“You have to do whatever the Lord says you have to do in order to preach that Bible.”
When I heard a friend say this in a conversation with a group of preachers, I laughed. He was asked his philosophy of sermon preparation. Specifically, they wanted to know what steps he takes to get from text to sermon. How long does it take him to prepare? Things like that. His answer: “You have to do whatever the Lord says to do in order to preach that Bible.”
(Some things we laugh at because they are funny. Some things we laugh at because they are true. And some things we laugh at to keep from crying.)
Sermon preparation is both an art and a science. It is a science in that there are basic rules and principles you must follow to develop a biblical sermon (assuming you are seeking to prepare a biblical sermon). But it is an art in that the dynamic of each person’s process is unique. Two men can go through the same steps of sermon preparation on the same text. But that does not mean they are going to end up with the same sermon (that is, unless they both wind up stealing a sermon from the same internet site).
But one thing is the same for all who would preach faithfully. You have to do whatever the Lord says you have to do in order to get ready to faithfully preach the word of God.
There are times when you go through all the steps and still end up without a sermon. You have read the text dozens of times. You have performed word studies and examined comparative translations. You have researched the historical and contextual background of the passage. You have looked up cross-references. And you have consulted the commentaries. As the Gospel song says, “You prayed and cried… You prayed and cried….” But still no sermon.
I have a cartoon picture in my study of a man on his hands and knees crawling through a dessert. He approaches a sign that says, “SERMON.” Under the sign is a map with a dot that says, “You are here.” But there is absolutely nothing else on the map! I have approached the weekend feeling that way many times.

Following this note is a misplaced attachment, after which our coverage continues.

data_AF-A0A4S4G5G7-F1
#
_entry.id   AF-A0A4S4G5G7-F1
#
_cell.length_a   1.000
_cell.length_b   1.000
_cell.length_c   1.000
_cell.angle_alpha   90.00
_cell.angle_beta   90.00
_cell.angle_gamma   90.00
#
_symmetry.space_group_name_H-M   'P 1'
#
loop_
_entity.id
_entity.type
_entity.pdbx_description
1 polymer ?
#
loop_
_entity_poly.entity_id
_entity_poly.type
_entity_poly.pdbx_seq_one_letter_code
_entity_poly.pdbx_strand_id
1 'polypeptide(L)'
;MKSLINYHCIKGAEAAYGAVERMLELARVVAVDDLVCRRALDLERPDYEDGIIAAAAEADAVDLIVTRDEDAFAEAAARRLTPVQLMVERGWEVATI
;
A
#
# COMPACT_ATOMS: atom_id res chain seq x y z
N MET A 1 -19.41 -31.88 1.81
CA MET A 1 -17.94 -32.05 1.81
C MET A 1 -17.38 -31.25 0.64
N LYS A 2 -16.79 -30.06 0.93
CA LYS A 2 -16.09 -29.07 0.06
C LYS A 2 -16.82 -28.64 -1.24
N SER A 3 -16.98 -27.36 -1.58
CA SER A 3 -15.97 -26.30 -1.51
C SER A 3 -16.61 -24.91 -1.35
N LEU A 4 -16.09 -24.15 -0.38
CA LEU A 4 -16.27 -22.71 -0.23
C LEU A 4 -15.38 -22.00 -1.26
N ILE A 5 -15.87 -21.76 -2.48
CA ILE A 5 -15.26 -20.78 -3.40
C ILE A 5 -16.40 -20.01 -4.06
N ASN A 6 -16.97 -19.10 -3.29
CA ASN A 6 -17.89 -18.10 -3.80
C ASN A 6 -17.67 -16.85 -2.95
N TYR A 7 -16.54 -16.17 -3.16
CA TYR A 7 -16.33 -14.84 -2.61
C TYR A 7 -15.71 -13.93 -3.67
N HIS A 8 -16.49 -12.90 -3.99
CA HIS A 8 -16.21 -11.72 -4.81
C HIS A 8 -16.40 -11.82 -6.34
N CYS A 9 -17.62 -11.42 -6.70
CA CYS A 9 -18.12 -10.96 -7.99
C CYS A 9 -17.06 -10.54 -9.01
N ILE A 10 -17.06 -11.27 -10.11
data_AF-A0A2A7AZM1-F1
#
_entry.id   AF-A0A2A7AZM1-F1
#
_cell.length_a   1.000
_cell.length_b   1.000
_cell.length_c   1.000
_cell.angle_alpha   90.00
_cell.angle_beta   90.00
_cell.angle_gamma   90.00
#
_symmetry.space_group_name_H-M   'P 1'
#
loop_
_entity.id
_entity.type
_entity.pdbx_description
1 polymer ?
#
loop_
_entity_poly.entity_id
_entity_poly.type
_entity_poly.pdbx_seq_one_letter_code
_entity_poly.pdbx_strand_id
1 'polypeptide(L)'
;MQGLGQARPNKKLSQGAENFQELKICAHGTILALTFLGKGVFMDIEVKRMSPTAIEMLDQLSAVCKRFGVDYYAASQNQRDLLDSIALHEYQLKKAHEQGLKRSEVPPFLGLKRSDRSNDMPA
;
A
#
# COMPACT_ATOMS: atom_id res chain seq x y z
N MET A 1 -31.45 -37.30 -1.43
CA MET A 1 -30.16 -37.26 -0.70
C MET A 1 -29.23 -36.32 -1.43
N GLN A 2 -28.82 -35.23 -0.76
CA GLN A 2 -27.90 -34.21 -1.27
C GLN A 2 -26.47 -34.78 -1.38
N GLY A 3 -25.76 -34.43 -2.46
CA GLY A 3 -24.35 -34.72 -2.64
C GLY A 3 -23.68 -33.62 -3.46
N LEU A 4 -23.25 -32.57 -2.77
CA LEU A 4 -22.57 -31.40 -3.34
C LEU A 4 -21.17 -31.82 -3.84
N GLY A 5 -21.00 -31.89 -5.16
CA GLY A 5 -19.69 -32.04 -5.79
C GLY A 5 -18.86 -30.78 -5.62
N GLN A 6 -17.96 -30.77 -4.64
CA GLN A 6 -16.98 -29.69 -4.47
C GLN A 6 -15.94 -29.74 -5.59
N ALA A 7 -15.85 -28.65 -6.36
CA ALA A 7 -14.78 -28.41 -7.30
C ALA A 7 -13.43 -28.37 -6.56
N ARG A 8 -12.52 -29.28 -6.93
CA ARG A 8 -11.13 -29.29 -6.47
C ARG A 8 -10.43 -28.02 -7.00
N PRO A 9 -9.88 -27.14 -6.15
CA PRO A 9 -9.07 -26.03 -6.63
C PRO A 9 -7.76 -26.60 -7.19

Other times you sit at your desk and it almost seems that the Lord is sitting next you whispering in your ear. “This is what I meant in that text. And this is what I want you to say to my people Sunday.” The point of the text is clear. You have a good idea about how to organize the text for preaching. The material you need to develop the sermon just falls into your lap like manna from on high. It rarely happens like this. But some times it does.
I think this mystery of sermon preparation is meant to both encourage and humble preachers. The sermon can be hard to come by when you have had a great week of study to remind us that scholarship alone does not produce the message God wants us to deliver. And the sermon can just come to you when you have had a hectic week that has stolen hours from your study to remind us that God is with us and he understands the burden we bear.
Above all, this mystery of sermon preparation keeps us from cheating! You have to do whatever you have to do to get ready to preach.
We preachers need to remember this. And so do those who sit in the pew and listen to us from week to weak. I often think that church members either misunderstand or underestimate what it takes most preachers to prepare. It seems they think that preachers learn everything they need to know in seminary. And from week to week, we just pick a text and stand up to preach from some storehouse of biblical wisdom. Believe me, you do not want to sit under a preacher who just picks a text and stands up to preach! If your pastor makes preaching look easy, it is usually the result of much hard work.
When the MacArthur Study Bible was being released, I saw an advertisement in a magazine that said something like this: “A young preacher asked Dr. MacArthur was the different is between average preachers and great preachers. He was surprised by the answer. ‘Good preachers stay in the seat until the hard work is done.'” How true.
You have to do whatever the Lord says that you have to do to get ready to preach the word of God.